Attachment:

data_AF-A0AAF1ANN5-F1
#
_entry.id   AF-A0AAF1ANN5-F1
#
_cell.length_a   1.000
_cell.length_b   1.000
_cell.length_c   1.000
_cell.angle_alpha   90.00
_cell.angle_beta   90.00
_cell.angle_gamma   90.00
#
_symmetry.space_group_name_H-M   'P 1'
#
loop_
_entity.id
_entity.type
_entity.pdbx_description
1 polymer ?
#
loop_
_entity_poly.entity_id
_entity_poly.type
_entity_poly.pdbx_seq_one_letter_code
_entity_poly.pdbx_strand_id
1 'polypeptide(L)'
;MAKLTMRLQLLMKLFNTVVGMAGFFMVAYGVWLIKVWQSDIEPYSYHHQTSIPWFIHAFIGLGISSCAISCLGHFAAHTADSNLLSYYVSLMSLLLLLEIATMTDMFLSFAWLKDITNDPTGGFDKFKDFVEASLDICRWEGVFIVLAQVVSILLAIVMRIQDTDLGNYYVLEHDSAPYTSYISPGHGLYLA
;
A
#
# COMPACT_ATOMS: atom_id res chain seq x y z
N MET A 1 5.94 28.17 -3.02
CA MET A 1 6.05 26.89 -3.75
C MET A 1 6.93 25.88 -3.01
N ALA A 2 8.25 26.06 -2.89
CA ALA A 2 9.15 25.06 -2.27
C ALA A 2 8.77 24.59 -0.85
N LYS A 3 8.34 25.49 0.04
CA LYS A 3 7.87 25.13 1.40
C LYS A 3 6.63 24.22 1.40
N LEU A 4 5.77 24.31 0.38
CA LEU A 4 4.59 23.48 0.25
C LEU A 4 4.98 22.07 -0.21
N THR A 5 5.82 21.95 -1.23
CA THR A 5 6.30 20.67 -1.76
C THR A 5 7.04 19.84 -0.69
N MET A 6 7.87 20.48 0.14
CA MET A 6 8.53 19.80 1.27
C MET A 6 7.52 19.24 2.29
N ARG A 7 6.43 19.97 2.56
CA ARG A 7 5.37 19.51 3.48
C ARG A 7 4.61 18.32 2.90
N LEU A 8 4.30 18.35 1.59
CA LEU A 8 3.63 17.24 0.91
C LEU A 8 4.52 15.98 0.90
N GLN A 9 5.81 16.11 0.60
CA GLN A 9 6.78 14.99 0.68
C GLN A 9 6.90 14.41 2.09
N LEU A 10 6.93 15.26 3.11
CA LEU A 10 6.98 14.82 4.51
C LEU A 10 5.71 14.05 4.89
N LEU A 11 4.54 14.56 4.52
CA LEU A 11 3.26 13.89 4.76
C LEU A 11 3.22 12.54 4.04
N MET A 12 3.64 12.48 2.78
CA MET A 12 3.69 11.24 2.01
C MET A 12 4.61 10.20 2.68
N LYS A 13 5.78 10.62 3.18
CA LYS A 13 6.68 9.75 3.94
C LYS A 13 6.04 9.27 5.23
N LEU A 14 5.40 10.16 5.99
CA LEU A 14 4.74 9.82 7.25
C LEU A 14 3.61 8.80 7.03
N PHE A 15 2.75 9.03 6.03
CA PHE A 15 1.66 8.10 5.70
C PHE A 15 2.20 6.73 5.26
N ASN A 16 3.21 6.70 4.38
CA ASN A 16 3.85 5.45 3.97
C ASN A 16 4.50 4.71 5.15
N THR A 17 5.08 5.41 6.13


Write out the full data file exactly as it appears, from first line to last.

data_AF-A0AAF1ANN5-F1
#
_entry.id   AF-A0AAF1ANN5-F1
#
_cell.length_a   1.000
_cell.length_b   1.000
_cell.length_c   1.000
_cell.angle_alpha   90.00
_cell.angle_beta   90.00
_cell.angle_gamma   90.00
#
_symmetry.space_group_name_H-M   'P 1'
#
loop_
_entity.id
_entity.type
_entity.pdbx_description
1 polymer ?
#
loop_
_entity_poly.entity_id
_entity_poly.type
_entity_poly.pdbx_seq_one_letter_code
_entity_poly.pdbx_strand_id
1 'polypeptide(L)'
;MAKLTMRLQLLMKLFNTVVGMAGFFMVAYGVWLIKVWQSDIEPYSYHHQTSIPWFIHAFIGLGISSCAISCLGHFAAHTADSNLLSYYVSLMSLLLLLEIATMTDMFLSFAWLKDITNDPTGGFDKFKDFVEASLDICRWEGVFIVLAQVVSILLAIVMRIQDTDLGNYYVLEHDSAPYTSYISPGHGLYLA
;
A
#
# COMPACT_ATOMS: atom_id res chain seq x y z
N MET A 1 5.94 28.17 -3.02
CA MET A 1 6.05 26.89 -3.75
C MET A 1 6.93 25.88 -3.01
N ALA A 2 8.25 26.06 -2.89
CA ALA A 2 9.15 25.06 -2.27
C ALA A 2 8.77 24.59 -0.85
N LYS A 3 8.34 25.49 0.04
CA LYS A 3 7.87 25.13 1.40
C LYS A 3 6.63 24.22 1.40
N LEU A 4 5.77 24.31 0.38
CA LEU A 4 4.59 23.48 0.25
C LEU A 4 4.98 22.07 -0.21
N THR A 5 5.82 21.95 -1.23
CA THR A 5 6.30 20.67 -1.76
C THR A 5 7.04 19.84 -0.69
N MET A 6 7.87 20.48 0.14
CA MET A 6 8.53 19.80 1.27
C MET A 6 7.52 19.24 2.29
N ARG A 7 6.43 19.97 2.56
CA ARG A 7 5.37 19.51 3.48
C ARG A 7 4.61 18.32 2.90
N LEU A 8 4.30 18.35 1.59
CA LEU A 8 3.63 17.24 0.91
C LEU A 8 4.52 15.98 0.90
N GLN A 9 5.81 16.11 0.60
CA GLN A 9 6.78 14.99 0.68
C GLN A 9 6.90 14.41 2.09
N LEU A 10 6.93 15.26 3.11
CA LEU A 10 6.98 14.82 4.51
C LEU A 10 5.71 14.05 4.89
N LEU A 11 4.54 14.56 4.52
CA LEU A 11 3.26 13.89 4.76
C LEU A 11 3.22 12.54 4.04
N MET A 12 3.64 12.48 2.78
CA MET A 12 3.69 11.24 2.01
C MET A 12 4.61 10.20 2.68
N LYS A 13 5.78 10.62 3.18
CA LYS A 13 6.68 9.75 3.94
C LYS A 13 6.04 9.27 5.23
N LEU A 14 5.40 10.16 5.99
CA LEU A 14 4.74 9.82 7.25
C LEU A 14 3.61 8.80 7.03
N PHE A 15 2.75 9.03 6.03
CA PHE A 15 1.66 8.10 5.70
C PHE A 15 2.20 6.73 5.26
N ASN A 16 3.21 6.70 4.38
CA ASN A 16 3.85 5.45 3.97
C ASN A 16 4.50 4.71 5.15
N THR A 17 5.08 5.41 6.13